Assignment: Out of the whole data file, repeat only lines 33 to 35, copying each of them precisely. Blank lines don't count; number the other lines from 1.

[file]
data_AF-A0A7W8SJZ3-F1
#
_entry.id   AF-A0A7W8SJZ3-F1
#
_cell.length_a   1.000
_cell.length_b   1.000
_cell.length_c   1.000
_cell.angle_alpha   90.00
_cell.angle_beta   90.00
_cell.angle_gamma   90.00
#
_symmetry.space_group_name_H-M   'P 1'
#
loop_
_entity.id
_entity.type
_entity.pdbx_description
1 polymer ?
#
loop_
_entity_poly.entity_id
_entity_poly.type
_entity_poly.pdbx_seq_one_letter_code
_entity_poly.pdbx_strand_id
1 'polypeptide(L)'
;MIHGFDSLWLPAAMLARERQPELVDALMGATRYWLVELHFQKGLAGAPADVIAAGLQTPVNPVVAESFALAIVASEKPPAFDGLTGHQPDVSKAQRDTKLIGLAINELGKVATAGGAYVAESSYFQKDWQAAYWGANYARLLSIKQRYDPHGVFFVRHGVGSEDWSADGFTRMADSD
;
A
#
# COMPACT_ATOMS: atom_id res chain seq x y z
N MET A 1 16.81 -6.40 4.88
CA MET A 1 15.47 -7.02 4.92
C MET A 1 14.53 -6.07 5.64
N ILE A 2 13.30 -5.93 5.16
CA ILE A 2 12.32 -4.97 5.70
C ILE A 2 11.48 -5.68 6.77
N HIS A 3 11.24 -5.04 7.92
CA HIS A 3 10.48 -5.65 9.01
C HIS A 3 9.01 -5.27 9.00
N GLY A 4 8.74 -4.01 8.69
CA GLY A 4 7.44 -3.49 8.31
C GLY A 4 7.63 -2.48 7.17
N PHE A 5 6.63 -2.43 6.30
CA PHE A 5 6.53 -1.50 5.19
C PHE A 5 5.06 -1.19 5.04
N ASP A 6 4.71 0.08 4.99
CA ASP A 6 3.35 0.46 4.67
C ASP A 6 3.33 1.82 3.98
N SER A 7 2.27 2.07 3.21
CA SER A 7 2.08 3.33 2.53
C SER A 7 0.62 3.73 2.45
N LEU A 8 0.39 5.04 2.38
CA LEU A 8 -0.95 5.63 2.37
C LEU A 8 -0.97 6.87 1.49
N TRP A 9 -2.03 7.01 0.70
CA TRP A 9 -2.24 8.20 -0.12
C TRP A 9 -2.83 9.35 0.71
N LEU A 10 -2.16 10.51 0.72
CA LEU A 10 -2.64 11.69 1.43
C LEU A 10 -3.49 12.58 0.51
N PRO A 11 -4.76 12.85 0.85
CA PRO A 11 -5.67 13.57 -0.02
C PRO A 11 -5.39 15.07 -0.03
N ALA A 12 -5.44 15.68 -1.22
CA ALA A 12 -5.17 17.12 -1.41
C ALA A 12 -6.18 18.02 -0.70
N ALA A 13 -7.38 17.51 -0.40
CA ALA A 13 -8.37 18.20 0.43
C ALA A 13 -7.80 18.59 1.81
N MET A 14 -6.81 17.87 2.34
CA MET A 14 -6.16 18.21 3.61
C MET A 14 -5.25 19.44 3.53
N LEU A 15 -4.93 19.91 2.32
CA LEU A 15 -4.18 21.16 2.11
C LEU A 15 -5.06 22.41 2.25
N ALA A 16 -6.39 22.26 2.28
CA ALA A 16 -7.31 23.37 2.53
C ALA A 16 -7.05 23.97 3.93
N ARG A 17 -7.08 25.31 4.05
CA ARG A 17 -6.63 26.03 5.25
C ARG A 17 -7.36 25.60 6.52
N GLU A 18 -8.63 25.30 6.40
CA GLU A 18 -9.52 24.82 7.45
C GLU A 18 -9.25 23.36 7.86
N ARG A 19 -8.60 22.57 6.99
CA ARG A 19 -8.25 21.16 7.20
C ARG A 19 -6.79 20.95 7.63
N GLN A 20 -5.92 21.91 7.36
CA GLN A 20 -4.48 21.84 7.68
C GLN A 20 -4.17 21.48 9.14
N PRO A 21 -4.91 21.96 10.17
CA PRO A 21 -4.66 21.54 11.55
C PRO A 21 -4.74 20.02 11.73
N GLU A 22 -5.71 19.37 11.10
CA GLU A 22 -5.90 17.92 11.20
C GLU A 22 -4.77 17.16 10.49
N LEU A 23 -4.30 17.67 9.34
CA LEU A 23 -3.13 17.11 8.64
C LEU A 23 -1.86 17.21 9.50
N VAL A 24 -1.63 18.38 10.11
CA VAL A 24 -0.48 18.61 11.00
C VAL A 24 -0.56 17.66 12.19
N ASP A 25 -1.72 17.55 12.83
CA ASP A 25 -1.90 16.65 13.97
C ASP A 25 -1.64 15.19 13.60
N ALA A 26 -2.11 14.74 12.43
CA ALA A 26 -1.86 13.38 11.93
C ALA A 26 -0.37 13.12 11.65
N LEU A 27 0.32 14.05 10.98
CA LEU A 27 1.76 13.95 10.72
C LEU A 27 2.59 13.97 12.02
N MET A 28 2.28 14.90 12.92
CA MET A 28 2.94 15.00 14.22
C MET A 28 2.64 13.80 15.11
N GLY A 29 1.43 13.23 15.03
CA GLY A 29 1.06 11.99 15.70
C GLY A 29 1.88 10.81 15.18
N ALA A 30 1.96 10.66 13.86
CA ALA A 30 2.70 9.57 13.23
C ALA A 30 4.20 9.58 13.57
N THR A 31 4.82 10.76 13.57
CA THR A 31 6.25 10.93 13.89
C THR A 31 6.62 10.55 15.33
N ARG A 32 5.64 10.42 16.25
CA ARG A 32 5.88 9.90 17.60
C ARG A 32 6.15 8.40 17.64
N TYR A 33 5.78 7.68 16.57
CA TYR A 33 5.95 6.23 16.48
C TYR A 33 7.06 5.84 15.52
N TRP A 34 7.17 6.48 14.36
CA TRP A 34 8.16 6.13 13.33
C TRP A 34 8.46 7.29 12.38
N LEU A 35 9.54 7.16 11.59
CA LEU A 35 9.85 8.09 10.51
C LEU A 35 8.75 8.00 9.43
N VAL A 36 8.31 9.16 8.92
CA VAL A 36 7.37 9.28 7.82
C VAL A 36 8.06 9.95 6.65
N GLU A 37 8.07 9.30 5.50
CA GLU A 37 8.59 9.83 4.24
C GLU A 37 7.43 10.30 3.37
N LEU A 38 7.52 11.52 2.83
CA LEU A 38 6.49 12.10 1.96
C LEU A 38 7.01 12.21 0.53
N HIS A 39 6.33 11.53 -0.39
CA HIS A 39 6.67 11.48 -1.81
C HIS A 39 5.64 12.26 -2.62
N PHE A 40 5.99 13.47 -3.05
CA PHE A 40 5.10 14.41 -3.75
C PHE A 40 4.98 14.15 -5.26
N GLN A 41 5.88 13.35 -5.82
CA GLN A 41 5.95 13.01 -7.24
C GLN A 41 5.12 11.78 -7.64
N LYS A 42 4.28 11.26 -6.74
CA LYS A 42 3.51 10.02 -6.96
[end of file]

C MET A 1 14.53 -6.07 5.64
N ILE A 2 13.30 -5.93 5.16
CA ILE A 2 12.32 -4.97 5.70